Q: In what other ways does that work?
A: I did a workshop for our parent-mentor program on supporting your child's bilingualism. We want our kids to be (at a) high, high level (in) English reading, writing, speaking, but also reading, writing and speaking whatever that other language is as well. And that is primarily a parent's job. Some groups, like Polish or Greek, may have Saturday schools where they learn to read and write those languages. Other groups not so much.
Q: You're very proud of the parent-mentor program. How did that come to be?
A: The parent-mentor program started in Logan Square. They've been doing it since the mid-'90s through the Logan Square Neighborhood Association. We applied for the funding, so now we have two parent-mentor programs: in Devonshire School and in Madison School. It has been transformative for those parents. It has really been a very meaningful way to engage parents in the community.
Q: You say people who come to the Parent Center (almost 1,000 since it opened) give you perspective?
A: It's amazing what people have gone through and what they do for their children and their families. … The people that are here, they are so motivated and they really want to learn, so they're very appreciative, and so it's very rewarding.
Q: Your husband's job in information technology took your family around the world. That had to be exciting.?
A: We moved to Tokyo when the kids were 2, 4 and 6 and were there for two years. Then (his company) asked if he could add Australia to his territory, so we moved to Singapore for a year and a half. … During that time I taught English at our local Japanese public school. … In Singapore, I taught Spanish to fourth- to sixth-grade kids. That was a wonderful experience for our family.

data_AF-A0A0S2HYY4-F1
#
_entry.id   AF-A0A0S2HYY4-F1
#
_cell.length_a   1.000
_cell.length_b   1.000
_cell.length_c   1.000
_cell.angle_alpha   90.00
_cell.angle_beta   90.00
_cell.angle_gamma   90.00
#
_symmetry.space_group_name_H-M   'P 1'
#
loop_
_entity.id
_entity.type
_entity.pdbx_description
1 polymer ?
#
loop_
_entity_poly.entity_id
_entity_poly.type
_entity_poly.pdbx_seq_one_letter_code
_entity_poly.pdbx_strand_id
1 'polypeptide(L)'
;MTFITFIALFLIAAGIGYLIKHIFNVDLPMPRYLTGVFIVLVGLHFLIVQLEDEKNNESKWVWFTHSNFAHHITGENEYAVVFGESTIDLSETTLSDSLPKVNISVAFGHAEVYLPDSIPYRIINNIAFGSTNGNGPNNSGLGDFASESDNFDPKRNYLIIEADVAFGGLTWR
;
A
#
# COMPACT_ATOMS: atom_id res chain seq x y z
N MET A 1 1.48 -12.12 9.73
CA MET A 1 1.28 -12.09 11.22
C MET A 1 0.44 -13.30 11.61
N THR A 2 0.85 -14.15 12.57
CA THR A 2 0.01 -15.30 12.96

Q: But challenging as well?
A: When I went abroad, I thought, "Wow, I'm from Evanston … (and) I know about multiculturalism and diversity. I get this." And I got to Tokyo and was just blown away by what it means to be international and diverse. It was truly life changing. … (Living in Evanston) sort of reminds me of being overseas, because there are people from all over.
Q: Was education was important when you were growing up?
A: My mom and dad met at Southern Illinois University. My dad played football. He's from Mississippi. He's black. And he grew up in the segregated South. My mom grew up here in Chicago, when integration and all that was happening. She's white and Jewish, so we lived with my Jewish grandparents until I was 5. And my mom was always a huge supporter of education and literacy and reading. … And my father, because of his experience in the South and not very good schools, really, really pushed education.
Q: Did your family upbringing influence you in other ways?
A: Very often we'd go out, because we were a very big extended family, and people would say, "Oh, where did you get them?" If I was with my grandparents, they'd say, "My daughter married a black man, and she's our granddaughter," with a lot of pride. And it was always talked about in a very prideful way. … And I think that really contributed to who I am and the work that I do.Copyright © 2014, The Baltimore Sun